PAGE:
Overall, it’s cheap to travel in Cambodia. You can find great food and accommodations according to your budget. When it comes to the tourist destinations like National Museum, Royal Palace of Cambodia, S21 and the Killing Fields, you’ll spend roughly around $30-$40 for the entrance fees in total. Other than that, your $100 would go a long way with some pasalubong from the Night Market. If you wish to buy Cambodian snacks, candies, and chips to bring home, you can spend another $10-$20 for those.
For the itinerary, you can spend 2 days in exploring Phnom Penh. You can do the city tour on the first day then S21 and Killing Fields the next day. Those tourist spots you were not able to visit on the first day can be done on the second day after S21. If you are going to Siem Reap or Ho Chi Minh City, you can book your bus tickets on the third day.
But before you go, do not forget to taste Cambodia’s local beer! The brands to try are Cambodia, Angkor, and ABC. These are also available for sure in Siem Reap.
Other Travel tips in Phnom Penh
Here are some tips that we found useful during our stay in Phnom Penh. These tips would work as well in Siem Reap!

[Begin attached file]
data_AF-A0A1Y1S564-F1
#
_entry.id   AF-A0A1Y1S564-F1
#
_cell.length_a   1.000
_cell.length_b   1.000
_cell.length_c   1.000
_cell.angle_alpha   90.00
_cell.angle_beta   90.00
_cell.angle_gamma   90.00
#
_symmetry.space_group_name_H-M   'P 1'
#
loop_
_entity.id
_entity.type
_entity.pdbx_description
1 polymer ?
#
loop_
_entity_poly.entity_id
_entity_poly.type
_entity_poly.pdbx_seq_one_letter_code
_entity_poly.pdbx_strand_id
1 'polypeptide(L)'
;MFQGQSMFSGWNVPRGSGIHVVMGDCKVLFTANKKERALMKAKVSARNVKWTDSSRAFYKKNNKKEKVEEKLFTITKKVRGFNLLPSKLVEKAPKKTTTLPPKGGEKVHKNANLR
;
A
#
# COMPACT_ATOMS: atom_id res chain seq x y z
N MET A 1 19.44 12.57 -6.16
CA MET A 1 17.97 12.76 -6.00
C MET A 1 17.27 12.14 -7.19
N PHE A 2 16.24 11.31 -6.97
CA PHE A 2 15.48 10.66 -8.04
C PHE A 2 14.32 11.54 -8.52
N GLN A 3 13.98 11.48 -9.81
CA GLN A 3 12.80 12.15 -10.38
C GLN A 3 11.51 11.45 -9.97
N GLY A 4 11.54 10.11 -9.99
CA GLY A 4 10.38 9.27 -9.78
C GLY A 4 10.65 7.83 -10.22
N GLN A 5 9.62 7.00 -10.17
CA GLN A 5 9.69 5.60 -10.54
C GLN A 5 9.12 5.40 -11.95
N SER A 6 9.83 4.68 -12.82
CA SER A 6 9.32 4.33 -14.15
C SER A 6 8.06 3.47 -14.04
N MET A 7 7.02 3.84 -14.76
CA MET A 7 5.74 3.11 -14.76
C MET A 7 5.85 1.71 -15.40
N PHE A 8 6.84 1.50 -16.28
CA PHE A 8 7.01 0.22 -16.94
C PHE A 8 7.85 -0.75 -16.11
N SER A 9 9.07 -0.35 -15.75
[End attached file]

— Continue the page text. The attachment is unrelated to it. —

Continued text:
What I Learned in Phnom Penh
Phnom Penh is full of potential. After the Khmer Rouge happened in the 70’s, Cambodia is gradually bouncing back from the major setbacks they experienced. Khmer culture was almost wiped out with its people and they are striving to recover and rebuild their identity again.
After visiting S21 and the Killing Fields, I truly felt bad for Cambodia and I told myself that even though my country, the Philippines, has a lot of ongoing issues in politics, transportation, economy, etc., I am still lucky because we have the resources that Cambodia does not have. We have high-rise buildings that look over the Manila skyline, massive malls that are full of luxury stores, and decent to high-paying office jobs that keep our families well-fed. But you know what I realized? We don’t appreciate the things that we have until we see what other people don’t have.
I felt bad for myself for complaining too much as a Filipino without offering any solution to solve the problem. I was one of those who always think that the world revolves around me and if something does not go my way, I tell myself how bad my life is or how incompetent the government is. While we are complaining here, we don’t realize that there are other people who have bigger problems but they still look up with high hopes that everything will be better soon.
Let’s support Cambodia.
Learn its history and culture.
Taste Khmer food.
Smile and laugh with the locals.
Immerse yourself in the experience.
Let Cambodia show you a different perception about life.
If you’be been to Cambodia and have felt the same way, leave a comment below and share your experience! See you in our next article!
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*Featured image is courtesy of Dmitry A. Mottl, WikiMedia*